I miss game time inching closer when I return to my seat in the box after grabbing some pretzels and a bottle of water as fans take their seats.
I miss the first glimpse of the Hawks' radiant red sweaters in pregame warmups and seeing the line combinations. They provide insight as to who is being rewarded, who's in the doghouse and how the game might unfold.
I miss hearing what we've all known for years to be the best National Anthem in sports sung by Jim Cornelison.
I miss puck drop. I can't imagine the thrill of seeing live NHL game play right now. Big league speed and skill, and the jubilation of a goal would be a welcomed replacement for "Ozark" and "Tiger King," the new agents that have been raising my dopamine levels.
I miss seeing legendary sports writers like Bob Verdi and legendary broadcasters like Eddie Olczyk, and thinking how ridiculous it is that they know a guy's name who used to be a kid in the seats.
I miss what is reportedly one of, if not the best second-intermission spreads for media in the NHL. After overindulging in the fine buffet, I kick my writing into second gear before sluggishly heading down to the media room to put the finishing touches on my game “Takeaways” near the midway mark of the third period. You can catch the remainder of the game on TVs in the room.
I miss the finality of a game's conclusion. Something was gained and lost for not just both teams, but for every player who stepped on the ice.
I miss thinking of story angles and corresponding questions as I wait for the locker room to open for player availability.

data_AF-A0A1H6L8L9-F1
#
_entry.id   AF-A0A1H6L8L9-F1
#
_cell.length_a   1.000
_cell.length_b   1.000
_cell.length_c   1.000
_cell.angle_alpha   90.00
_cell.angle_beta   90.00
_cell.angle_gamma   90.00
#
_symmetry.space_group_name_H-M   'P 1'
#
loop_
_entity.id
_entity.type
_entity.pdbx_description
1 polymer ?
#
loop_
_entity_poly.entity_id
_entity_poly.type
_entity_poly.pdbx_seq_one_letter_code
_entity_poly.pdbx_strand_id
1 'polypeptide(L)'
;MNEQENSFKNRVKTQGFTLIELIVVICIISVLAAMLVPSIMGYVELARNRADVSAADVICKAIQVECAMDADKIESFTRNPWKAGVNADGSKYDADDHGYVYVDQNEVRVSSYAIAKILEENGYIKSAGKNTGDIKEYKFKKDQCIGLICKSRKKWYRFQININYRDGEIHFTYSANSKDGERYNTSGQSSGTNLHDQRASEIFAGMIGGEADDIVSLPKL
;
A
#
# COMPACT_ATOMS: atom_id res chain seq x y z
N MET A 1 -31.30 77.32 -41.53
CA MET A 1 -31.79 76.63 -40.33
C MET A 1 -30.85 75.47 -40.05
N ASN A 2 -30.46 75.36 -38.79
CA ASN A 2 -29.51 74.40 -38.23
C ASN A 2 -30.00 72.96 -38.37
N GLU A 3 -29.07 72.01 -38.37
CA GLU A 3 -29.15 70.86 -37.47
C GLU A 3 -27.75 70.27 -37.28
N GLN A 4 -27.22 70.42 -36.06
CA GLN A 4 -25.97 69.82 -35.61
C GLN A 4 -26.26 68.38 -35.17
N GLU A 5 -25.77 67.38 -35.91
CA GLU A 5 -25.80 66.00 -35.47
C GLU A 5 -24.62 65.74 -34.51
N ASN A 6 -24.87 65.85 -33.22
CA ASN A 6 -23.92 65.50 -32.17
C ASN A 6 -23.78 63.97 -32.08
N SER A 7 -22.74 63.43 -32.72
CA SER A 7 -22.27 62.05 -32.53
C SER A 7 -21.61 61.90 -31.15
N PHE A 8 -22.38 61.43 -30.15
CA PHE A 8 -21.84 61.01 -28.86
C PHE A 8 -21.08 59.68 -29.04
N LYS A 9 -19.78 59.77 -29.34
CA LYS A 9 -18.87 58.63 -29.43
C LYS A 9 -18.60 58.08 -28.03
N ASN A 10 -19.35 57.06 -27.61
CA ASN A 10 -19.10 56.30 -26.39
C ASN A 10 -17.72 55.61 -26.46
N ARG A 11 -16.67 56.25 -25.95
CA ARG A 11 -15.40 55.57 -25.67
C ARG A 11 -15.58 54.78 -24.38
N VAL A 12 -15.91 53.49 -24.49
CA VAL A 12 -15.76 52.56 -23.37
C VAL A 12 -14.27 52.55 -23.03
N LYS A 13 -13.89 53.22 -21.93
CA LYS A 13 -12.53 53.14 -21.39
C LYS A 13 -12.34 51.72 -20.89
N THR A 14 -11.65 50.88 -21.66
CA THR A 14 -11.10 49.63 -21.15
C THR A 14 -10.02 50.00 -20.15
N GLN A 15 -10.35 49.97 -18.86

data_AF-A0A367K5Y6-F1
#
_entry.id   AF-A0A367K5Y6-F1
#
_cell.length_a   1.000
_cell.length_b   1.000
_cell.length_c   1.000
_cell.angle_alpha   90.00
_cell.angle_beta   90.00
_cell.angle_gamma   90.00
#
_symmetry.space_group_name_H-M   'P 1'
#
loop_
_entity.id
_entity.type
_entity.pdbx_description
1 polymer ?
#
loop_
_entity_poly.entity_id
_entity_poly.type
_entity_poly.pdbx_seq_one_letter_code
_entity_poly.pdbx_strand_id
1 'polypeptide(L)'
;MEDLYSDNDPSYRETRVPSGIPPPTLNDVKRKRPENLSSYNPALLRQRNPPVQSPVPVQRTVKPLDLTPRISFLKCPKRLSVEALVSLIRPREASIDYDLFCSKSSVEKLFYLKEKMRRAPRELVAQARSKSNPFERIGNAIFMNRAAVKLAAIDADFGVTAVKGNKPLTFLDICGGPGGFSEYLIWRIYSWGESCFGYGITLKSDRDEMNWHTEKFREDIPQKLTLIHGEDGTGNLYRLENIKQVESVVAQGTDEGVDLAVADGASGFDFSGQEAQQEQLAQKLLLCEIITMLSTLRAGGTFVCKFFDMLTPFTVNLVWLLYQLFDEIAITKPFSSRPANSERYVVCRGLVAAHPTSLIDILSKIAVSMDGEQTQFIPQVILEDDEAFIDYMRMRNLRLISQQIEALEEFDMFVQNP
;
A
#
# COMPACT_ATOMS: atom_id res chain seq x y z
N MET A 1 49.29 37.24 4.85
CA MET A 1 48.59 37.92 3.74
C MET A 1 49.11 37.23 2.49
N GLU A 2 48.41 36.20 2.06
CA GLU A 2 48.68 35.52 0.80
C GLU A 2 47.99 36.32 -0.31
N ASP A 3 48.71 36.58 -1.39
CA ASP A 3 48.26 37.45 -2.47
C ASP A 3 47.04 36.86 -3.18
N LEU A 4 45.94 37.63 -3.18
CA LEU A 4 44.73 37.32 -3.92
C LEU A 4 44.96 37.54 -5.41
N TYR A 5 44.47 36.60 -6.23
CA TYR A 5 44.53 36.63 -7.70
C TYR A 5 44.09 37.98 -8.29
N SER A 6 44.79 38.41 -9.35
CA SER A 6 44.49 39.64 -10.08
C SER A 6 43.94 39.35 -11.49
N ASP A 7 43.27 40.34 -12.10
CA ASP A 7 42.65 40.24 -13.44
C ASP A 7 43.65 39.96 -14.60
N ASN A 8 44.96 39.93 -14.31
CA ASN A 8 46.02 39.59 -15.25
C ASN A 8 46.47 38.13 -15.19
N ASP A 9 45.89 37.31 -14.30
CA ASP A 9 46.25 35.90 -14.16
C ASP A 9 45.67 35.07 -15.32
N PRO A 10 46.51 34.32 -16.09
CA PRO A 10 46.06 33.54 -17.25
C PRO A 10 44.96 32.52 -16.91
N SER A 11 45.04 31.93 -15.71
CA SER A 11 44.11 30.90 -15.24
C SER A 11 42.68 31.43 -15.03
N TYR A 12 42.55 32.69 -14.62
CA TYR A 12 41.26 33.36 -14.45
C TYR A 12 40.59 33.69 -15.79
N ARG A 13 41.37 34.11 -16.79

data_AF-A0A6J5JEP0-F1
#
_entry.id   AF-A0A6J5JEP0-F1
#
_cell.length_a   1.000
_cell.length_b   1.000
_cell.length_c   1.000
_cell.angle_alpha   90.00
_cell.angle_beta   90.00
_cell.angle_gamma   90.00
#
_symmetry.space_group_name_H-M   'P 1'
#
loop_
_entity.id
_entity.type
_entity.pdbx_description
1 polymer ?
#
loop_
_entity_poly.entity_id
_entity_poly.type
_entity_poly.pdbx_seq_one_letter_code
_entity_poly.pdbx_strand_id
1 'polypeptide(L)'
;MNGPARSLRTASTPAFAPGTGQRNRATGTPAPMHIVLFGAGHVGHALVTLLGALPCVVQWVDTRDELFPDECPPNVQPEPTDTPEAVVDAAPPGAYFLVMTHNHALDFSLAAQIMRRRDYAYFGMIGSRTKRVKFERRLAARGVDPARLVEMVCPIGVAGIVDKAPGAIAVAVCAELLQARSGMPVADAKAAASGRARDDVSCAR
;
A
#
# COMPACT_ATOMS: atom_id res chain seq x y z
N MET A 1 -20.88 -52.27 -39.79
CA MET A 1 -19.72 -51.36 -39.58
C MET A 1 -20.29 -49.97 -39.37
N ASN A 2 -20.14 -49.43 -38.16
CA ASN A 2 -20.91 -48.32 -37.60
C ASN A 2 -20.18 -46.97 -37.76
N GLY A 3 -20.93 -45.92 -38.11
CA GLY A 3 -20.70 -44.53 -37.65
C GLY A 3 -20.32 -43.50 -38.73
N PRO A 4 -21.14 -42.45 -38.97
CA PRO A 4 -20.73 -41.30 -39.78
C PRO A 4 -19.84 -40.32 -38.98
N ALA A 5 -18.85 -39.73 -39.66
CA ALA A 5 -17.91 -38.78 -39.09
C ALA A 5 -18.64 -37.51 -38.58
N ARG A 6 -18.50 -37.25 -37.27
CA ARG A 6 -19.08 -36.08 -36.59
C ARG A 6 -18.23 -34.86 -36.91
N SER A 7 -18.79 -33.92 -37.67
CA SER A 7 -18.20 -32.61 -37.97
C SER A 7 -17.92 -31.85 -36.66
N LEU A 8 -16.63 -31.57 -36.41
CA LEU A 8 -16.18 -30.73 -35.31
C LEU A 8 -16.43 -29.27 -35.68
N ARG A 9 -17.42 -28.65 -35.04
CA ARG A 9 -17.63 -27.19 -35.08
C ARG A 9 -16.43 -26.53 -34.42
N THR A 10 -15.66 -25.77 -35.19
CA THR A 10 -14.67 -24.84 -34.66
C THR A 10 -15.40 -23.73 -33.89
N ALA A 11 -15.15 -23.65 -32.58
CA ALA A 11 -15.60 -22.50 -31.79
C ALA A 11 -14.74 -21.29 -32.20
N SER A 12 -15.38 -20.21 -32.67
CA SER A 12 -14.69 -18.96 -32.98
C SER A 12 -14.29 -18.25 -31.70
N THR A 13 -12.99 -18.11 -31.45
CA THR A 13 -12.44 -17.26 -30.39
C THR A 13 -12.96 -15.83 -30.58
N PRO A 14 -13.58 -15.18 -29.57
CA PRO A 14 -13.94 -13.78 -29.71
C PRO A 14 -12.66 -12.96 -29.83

I miss jostling for position in postgame scrums, which at times could best be described as a mosh pit with occasional professional courtesies.
I miss the look on a player's face when he's asked the same question for a second, third and sometimes fourth time by a media member arriving late to a scum. The redundancy seems maddening for them, but we all need our quotes and sometimes have to go to multiple scrums. The players always accommodate the repeat questions in one way or another.
I miss Jeremy Colliton's insightful assessment of the game and his players. He doesn't throw people under the bus, but he's honest.
I miss writing my second postgame story and seeing the impact that quotes from Colliton and the players can have on it, and where to plug them in.
I miss finishing "Jim and Sam" on the way home in the car while drinking a water from the United Center (opened with press meal, not stolen).
I miss the peacefulness and guilt of walking into a dark and quiet house, knowing the screaming, tantrum-driven circus my wife endured getting the kids to bed a few hours ago.
I miss the comfort of knowing I'll get to see my family a lot more when Blackhawks are off or have practice the next day.
Which brings me back to the present. I'm seeing them a lot during all of this, and we're safe. For now, that's what's important.
Attention Dish and Sling customers! You have lost your Blackhawks games on NBC Sports Chicago. To switch providers, visit mysportschicago.com.